FRANKE: As I noted, I didn’t know much about the industry. I got on an airplane and I called on the CEO of United, the CEO of American, and Herb Kelleher who was the CEO and co-founder of Southwest. I just cold-called them, “Here’s who I am. Here’s what I’m doing. Can you help me out—give me some advice?” And they all gave good advice. In particular, Herb did. Mind you, Southwest was America West’s major competitor. Thirty-eight percent of our system competed with Southwest. But he was very open with tips on how to manage issues and what to watch out for. That’s how it began for me.
MAGILL: You brought fresh eyes to it—an outsider’s perspective.
FRANKE: Well, of course, since I hadn’t grown up in the business, I saw stuff traditional airline managers didn’t see. We’re all guilty of doing things in kind of “this is the way you do it” fashion. And that’s particularly true of the airline industry. Indigo has made radical changes to the airline sector, across the world. It’s exciting to be involved.
MAGILL: Why did you leave America West?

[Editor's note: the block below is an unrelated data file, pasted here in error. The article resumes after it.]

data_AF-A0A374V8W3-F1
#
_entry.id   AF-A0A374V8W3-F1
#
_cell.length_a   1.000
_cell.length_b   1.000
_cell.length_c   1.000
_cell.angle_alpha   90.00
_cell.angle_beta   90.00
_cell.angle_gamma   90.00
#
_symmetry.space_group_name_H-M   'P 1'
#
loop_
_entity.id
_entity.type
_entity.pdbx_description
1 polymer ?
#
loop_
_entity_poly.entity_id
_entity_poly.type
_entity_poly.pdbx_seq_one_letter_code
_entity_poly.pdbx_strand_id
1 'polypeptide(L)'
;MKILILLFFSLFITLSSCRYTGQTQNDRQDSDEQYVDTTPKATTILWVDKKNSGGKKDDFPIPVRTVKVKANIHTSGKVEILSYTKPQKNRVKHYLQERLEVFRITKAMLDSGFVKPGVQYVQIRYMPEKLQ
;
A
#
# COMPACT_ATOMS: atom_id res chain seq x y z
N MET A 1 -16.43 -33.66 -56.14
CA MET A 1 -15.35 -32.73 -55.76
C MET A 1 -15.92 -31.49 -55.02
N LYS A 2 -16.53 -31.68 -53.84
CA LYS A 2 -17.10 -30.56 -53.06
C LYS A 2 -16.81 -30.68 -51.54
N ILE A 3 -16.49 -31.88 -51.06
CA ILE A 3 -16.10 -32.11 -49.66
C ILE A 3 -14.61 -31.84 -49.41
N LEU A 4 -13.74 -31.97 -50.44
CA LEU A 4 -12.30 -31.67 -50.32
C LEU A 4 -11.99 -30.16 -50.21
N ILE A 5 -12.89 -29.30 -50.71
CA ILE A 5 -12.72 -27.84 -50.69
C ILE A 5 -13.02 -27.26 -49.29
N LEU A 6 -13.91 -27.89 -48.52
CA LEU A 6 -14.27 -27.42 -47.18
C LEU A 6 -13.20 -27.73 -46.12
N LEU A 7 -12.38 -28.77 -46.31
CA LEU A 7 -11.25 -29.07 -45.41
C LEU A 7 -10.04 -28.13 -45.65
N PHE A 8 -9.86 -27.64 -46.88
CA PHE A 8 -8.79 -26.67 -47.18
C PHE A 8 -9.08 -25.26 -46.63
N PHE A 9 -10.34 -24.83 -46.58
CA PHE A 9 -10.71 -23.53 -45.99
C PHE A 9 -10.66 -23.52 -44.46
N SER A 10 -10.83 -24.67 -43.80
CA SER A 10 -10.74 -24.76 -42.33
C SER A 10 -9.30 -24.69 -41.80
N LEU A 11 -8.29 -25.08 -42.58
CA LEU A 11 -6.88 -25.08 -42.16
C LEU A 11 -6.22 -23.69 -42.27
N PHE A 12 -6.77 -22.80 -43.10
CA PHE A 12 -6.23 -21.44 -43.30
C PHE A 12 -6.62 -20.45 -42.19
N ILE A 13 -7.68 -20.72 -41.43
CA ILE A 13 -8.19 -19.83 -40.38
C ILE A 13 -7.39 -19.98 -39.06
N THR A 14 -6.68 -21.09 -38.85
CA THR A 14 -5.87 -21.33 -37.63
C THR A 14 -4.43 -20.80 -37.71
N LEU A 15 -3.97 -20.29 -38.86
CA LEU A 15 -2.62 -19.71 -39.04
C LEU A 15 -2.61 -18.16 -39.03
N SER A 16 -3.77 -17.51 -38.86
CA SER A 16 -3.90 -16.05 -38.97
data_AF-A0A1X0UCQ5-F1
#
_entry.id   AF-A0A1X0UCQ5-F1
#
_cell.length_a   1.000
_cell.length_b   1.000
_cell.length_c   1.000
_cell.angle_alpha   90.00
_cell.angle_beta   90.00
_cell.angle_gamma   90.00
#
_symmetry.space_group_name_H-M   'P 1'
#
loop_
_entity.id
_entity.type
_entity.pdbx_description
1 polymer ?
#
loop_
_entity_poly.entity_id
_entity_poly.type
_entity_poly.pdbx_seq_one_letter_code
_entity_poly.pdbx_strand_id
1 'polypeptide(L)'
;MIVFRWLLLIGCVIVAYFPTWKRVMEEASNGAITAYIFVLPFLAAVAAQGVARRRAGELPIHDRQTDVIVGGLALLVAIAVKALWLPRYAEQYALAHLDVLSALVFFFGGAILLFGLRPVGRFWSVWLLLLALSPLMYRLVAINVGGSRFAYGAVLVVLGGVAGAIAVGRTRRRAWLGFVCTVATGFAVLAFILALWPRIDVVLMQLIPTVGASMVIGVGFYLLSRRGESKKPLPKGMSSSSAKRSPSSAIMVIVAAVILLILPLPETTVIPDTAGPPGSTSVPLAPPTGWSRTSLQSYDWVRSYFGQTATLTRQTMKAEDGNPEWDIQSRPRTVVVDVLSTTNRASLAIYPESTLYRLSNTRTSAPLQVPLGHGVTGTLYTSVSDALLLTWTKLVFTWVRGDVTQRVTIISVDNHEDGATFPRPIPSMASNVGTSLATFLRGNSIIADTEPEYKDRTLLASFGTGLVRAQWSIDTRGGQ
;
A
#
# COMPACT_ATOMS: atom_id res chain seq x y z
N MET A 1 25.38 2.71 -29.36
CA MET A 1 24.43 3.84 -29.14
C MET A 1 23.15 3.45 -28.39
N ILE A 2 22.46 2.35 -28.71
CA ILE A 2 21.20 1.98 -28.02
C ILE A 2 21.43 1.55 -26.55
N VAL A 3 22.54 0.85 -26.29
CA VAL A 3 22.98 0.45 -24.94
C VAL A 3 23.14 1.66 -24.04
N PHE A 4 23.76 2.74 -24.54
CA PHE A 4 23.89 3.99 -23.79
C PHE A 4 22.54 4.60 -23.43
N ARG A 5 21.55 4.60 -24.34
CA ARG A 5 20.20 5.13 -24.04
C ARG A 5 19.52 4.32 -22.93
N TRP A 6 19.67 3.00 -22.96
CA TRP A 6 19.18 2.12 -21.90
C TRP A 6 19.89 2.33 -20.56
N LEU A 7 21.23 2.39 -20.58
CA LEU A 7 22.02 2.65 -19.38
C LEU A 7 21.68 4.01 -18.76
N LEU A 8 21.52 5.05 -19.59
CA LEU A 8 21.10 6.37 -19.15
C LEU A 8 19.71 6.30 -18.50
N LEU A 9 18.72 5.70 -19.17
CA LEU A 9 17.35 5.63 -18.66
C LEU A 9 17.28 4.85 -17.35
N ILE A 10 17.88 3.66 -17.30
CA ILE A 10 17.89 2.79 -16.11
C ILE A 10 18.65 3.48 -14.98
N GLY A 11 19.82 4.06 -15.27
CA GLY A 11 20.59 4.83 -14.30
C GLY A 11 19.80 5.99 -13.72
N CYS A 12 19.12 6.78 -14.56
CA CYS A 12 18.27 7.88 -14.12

FRANKE: I have a view that at somewhere around 10 years, CEOs need to move on. You need new perspective—fresh eyes—so I left and set up Indigo Partners.
We started looking at investment opportunities in the airline sector. Everybody thought I was nuts because nobody’s ever made any money at airlines—even Warren Buffett lost several hundred million bucks investing in airlines some years ago. I was able to attract capital to the idea. In particular a large investor became a major backer, and with its help we created our first airline, which was a low-cost airline based in Singapore called Tiger Airways. It flew in Southeast Asia and it was very successful. We’ve since had airlines in Indonesia and Russia. We are now major shareholders in airlines in Mexico, the U.S., Chile, Argentina, and Eastern Europe. And we’ve just announced that we’re setting up an airline in Canada. It’s been quite the run and our fund has done very well.
MAGILL: What has kept you interested in airlines and Indigo Partners?